What can you do with a history major or minor? Turns out, the possibilities are endless if you think about how you learned history versus what you learned about history.
The History Club invited three speakers from the community to share how their history undergraduate degrees helped them secure jobs in the law, the non-profit sector, the national parks system and Minnesota museums.
Professor Mark Osler of the UST Law School discussed how history teaches us how to interpret any situation and effectively communicate our conclusions; crucial skills for just about any career path. He explained that, “as history students, you have an incredible advantage of how much writing you do in your classes. This is a major skill set.” Especially given that historical research shows us how to take a body of evidence and make sense of it, to offer an interpretation. Professor Osler used his analytical skills to excel in law school, begin his career as a federal prosecutor, and now teach law at UST. And all those course hours spent writing, it’s landed him in a number of publications including The New York Times and Rolling Stone magazine.
Helen Kouba from College Possible also emphasized how history trains students to be effective writers as well as critical thinkers who can draw upon the number of areas covered in the discipline. For example, Kouba brought together her communication skills and interest in science in an “interpretation internship” at Mount Rainier National Park through AmeriCorps. Moreover, her experiences as an intern allowed her to develop additional skills that helped her a secure a job with the non-profit College Possible, such as marketing, grant writing, and fundraising.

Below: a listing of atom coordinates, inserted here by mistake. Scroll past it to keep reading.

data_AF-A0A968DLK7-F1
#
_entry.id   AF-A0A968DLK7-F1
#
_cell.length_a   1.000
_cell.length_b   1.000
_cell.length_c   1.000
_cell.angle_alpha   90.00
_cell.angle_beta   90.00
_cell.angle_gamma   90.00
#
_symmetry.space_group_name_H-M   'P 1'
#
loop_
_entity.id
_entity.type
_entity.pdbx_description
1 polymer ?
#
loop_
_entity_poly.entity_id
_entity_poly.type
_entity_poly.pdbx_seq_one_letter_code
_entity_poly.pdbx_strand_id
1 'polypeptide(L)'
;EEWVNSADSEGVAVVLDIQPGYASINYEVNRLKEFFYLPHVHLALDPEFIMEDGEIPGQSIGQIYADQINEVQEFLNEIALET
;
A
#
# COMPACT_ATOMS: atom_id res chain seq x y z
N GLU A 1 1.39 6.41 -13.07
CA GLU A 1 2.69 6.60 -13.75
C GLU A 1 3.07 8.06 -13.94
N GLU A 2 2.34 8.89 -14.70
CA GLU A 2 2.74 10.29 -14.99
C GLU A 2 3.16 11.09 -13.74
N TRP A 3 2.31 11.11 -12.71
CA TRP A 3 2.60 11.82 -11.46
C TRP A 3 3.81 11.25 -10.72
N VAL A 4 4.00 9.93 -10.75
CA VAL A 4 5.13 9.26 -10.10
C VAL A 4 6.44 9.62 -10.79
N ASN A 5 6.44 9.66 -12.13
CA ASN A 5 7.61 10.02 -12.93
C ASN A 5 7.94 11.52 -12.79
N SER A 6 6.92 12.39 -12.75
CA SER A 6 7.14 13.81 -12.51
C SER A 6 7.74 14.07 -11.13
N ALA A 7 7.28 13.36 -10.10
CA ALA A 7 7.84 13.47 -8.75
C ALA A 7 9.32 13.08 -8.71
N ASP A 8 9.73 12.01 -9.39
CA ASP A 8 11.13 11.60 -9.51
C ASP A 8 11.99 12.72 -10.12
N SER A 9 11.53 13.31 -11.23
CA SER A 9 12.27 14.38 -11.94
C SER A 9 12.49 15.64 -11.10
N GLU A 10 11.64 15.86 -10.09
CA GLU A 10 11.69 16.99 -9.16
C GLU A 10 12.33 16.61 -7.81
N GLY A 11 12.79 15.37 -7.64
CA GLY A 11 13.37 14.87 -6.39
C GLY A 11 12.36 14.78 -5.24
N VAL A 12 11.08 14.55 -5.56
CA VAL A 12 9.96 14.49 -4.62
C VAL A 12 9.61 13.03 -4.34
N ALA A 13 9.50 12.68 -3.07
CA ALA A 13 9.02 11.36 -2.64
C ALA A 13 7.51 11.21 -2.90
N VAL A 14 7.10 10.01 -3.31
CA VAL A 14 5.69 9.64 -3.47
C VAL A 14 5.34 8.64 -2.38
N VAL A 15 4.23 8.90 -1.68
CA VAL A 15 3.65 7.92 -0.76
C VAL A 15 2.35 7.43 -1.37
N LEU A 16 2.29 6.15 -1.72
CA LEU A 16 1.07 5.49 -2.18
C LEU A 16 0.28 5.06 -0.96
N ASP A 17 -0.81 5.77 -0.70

Flexibility was the key for Chad Thurman of the Folsom House, one of the Minnesota Historic Society’s historic sites. Chad explained that when you research as a historian, “you learn to be flexible based on research. You might have a thesis but it changes as you review the evidence.” In his experience, this same type of flexibility can be applied to jobs in museum work, the non-profit sector, the private sector – whatever! Similarly, history students can take any body of evidence and make sense of it; whether that is primary documents or marketing research.
All three speakers agreed that historical methods – research, analysis, and effective communication – set you up for a variety of careers. Their practical advice was:
- promote these skills – research, analysis, effective communication – on your resume
- think as broadly as possible when it comes to careers that rely on these skills
- volunteer as much as possible – get yourself involved in areas that interest you and start making personal connections that will surely help you down the road.
And use them to start your networking! All of our guests are happy to talk to you further about what you can do with a history degree…especially Helen Kouba who reports that College Possible hires 75 recent graduates a year!